Rover Perseverance takes selfies on Mars by Ingenuity helicopter ahead of the first attempt to fly on an alien planet | Science and technology news

NASA’s rover Perseverance took a selfie on the surface of Mars capturing itself and the Ingenuity helicopter ahead of the first flight attempt on an alien planet.

The image published by NASA is merged into dozens of individual images from the rover’s WATSON camera (wide-angle topographic sensor for operations and eEngineering).

Follow the mini-helicopter Ingeniousness surviving the first night alone on a Martian surface separated from the Perseverance rover, which NASA hailed as a “major turning point.”

Perseverance landed on Mars earlier this year. Image: NASA / JPL-Caltech

“The laws of physics may say it’s almost impossible to fly on Mars, but actually flying a vehicle heavier than air on the red planet is much harder than that,” NASA said.

The ingenuity will pass a handful of tests over the next few days, and if all systems work as they should, rotorcraft will try to fly for the first time before April 11th.

To commemorate the pioneers of flight from Earth, he wears a piece of cloth that covered one of the wings of the Wright brothers ’plane.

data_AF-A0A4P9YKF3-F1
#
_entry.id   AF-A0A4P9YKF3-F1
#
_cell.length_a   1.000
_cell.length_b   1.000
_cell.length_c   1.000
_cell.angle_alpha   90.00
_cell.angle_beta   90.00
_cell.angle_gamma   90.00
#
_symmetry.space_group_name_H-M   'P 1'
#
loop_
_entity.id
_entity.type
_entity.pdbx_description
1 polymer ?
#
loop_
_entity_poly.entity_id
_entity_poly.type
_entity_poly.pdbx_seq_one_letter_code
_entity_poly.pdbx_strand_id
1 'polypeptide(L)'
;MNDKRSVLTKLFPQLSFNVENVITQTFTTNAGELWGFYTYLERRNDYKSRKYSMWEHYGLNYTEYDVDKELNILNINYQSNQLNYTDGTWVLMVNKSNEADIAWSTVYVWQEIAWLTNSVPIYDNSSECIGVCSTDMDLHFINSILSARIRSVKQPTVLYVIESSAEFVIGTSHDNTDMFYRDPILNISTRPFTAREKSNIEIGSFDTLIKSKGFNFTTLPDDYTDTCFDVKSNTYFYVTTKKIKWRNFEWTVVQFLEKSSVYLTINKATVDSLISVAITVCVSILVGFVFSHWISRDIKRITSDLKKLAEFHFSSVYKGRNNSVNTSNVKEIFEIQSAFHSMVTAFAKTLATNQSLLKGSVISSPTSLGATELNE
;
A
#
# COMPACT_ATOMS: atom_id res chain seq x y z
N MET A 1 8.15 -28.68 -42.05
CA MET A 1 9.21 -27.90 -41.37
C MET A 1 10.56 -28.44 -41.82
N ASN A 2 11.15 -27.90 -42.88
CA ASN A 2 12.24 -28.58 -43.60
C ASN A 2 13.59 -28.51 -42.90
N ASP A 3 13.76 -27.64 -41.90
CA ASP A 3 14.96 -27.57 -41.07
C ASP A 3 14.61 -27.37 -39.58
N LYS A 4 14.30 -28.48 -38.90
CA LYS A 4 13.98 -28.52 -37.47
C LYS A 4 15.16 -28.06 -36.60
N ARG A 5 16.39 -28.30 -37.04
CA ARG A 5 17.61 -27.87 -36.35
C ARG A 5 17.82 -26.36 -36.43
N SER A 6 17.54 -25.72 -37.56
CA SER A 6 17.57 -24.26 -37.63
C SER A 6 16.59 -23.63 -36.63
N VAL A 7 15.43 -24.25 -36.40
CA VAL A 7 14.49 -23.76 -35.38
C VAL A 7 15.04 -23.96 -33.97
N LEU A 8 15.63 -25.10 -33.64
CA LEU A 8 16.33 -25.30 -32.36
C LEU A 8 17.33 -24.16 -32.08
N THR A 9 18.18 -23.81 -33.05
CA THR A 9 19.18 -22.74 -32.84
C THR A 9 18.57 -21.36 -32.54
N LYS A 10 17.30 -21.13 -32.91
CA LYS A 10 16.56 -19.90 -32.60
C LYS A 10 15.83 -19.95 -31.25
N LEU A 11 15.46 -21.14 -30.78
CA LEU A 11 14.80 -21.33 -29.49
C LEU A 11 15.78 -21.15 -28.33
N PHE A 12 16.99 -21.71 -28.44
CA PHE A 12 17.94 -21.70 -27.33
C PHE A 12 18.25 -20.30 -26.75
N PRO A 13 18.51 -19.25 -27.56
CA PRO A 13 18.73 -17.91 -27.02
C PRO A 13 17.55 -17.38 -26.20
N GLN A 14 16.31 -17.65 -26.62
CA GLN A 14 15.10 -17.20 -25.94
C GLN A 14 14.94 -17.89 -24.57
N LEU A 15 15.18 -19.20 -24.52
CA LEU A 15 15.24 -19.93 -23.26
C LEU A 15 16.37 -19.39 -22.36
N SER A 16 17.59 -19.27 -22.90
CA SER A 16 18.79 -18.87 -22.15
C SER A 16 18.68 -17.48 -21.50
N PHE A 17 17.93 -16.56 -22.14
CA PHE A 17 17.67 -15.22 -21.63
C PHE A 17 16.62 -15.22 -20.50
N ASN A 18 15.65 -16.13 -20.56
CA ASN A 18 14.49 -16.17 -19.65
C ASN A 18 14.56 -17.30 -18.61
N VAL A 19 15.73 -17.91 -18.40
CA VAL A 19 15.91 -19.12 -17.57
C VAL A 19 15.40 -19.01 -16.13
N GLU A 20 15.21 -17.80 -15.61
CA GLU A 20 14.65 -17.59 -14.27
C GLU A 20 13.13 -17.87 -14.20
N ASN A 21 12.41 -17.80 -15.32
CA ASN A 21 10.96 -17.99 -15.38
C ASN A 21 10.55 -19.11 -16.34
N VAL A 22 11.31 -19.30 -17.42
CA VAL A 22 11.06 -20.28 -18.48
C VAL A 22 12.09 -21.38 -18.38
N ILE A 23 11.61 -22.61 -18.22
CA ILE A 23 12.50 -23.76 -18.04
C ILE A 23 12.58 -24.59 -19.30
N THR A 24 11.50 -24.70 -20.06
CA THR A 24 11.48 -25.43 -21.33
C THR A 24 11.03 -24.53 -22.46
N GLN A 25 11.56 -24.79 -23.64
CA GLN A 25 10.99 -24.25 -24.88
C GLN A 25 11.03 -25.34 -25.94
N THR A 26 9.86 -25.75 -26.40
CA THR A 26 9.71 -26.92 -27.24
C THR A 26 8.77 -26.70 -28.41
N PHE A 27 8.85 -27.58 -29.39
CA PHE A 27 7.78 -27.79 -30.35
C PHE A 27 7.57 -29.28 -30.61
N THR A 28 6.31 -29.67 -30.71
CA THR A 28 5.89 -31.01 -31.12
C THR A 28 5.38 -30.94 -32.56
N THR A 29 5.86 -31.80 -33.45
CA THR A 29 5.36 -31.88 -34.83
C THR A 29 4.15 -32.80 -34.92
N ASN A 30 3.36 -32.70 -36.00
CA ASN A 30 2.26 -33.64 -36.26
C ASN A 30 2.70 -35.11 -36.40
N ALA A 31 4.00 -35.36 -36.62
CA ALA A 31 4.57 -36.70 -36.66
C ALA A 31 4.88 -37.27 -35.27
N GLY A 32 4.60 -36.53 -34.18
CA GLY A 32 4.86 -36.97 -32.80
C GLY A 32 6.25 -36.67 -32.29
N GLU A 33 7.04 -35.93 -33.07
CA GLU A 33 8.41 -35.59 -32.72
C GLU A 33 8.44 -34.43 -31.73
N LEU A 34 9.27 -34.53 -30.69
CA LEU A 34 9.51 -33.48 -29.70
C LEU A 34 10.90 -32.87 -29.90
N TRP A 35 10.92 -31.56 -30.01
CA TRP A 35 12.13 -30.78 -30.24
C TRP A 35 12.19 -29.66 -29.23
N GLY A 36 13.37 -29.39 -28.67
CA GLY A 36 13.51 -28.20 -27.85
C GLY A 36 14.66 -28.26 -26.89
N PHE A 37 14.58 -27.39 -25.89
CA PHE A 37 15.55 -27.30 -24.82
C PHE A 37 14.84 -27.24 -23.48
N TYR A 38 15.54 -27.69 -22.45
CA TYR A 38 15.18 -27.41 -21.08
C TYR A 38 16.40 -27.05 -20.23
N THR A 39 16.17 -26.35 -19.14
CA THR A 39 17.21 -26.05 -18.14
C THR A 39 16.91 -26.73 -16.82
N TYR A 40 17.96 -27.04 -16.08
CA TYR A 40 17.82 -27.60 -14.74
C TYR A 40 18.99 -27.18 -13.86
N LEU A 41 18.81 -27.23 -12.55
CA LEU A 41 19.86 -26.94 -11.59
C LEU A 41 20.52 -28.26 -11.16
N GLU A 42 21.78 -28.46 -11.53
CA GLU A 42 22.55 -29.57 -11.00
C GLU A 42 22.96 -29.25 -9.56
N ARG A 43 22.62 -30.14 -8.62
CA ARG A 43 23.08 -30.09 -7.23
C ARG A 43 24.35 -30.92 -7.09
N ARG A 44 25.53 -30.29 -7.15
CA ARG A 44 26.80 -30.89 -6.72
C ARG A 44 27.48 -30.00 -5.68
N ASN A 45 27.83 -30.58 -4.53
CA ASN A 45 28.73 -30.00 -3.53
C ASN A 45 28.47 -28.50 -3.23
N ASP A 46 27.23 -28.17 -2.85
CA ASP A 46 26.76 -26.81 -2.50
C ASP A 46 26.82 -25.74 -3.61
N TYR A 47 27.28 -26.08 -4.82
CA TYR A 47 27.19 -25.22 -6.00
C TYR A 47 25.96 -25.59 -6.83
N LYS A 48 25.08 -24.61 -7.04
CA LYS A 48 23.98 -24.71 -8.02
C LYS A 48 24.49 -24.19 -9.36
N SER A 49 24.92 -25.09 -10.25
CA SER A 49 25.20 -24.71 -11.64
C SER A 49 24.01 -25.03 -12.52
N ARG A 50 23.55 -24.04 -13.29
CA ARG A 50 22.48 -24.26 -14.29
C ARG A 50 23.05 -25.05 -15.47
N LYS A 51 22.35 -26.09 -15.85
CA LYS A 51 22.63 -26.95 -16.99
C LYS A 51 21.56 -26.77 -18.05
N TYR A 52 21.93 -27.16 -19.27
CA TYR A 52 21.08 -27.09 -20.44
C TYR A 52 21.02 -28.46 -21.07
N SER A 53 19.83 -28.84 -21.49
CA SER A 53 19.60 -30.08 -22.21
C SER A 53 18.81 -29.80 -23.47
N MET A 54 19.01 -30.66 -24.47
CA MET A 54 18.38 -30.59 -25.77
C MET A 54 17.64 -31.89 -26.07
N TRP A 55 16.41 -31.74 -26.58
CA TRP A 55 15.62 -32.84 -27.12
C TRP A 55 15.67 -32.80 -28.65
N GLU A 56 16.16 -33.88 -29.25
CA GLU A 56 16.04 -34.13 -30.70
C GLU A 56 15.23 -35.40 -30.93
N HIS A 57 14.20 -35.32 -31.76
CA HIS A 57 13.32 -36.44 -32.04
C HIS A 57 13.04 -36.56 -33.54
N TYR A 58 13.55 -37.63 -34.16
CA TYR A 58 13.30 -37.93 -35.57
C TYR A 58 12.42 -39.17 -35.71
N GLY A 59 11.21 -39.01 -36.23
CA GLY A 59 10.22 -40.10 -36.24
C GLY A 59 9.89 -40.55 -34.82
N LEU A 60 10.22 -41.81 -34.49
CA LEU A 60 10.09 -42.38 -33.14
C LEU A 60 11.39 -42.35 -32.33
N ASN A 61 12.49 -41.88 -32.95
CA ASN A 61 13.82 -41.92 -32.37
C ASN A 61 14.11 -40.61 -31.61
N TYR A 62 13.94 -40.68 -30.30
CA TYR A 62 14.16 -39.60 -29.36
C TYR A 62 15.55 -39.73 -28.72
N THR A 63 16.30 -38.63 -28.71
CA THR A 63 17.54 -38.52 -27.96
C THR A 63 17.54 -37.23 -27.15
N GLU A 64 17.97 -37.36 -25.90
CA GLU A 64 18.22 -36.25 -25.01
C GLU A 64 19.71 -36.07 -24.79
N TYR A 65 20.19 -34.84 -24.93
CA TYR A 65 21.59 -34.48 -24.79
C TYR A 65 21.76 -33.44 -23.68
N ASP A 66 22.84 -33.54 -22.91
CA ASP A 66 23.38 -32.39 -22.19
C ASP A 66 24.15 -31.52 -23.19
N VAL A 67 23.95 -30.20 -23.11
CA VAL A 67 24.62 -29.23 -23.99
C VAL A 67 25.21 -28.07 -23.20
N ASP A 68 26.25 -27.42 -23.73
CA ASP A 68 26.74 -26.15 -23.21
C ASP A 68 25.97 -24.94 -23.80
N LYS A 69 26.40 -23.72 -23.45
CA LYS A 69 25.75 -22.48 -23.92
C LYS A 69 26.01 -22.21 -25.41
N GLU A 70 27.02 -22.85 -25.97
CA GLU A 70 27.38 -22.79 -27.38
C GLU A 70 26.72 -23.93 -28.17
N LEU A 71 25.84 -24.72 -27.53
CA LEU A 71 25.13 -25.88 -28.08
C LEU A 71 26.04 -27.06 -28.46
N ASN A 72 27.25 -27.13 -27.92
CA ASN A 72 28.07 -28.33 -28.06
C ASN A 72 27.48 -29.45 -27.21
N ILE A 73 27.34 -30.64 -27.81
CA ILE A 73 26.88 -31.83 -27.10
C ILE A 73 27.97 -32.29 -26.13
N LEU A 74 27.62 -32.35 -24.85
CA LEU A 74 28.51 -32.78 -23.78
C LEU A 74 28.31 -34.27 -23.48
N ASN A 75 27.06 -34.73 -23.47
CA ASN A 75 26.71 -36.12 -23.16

Its launch will also try to coincide with the 60th anniversary of the flight of the first man in space, Yuri Gagarin, on April 12, 1961.

Just hours after the flight, Perseverance will drop the first set of Ingenuity’s engineering data and “possible” images and video from its zoomed cameras, NASA says.

Using this data, the ingenious team will be able to determine if the first attempt to fly to Mars was successful, and the results will be discussed at a press conference the same day.

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How does a ride on Mars sound?

Flight is a challenge because the Martian atmosphere is only 1% of the density of the Earth’s atmosphere, which means that the spacecraft can struggle to take off, although it will be supported by gravity, which is only a third stronger than ours.

The small helicopter went through a series of exercises simulating a mission in a test facility in California, including a high-vibration environment to mimic how it will withstand launch and landing conditions, and extreme temperature changes like those on Mars.

The goal is for the helicopter to hover at 3m (10ft) above the surface for about 30 seconds before landing and touching back.

The autonomous small helicopter has a built-in camera, but it does not contain any scientific instruments. NASA aims to develop the drone as a prototype to determine if it might be worthwhile to connect scientific sensors to similar devices in the future.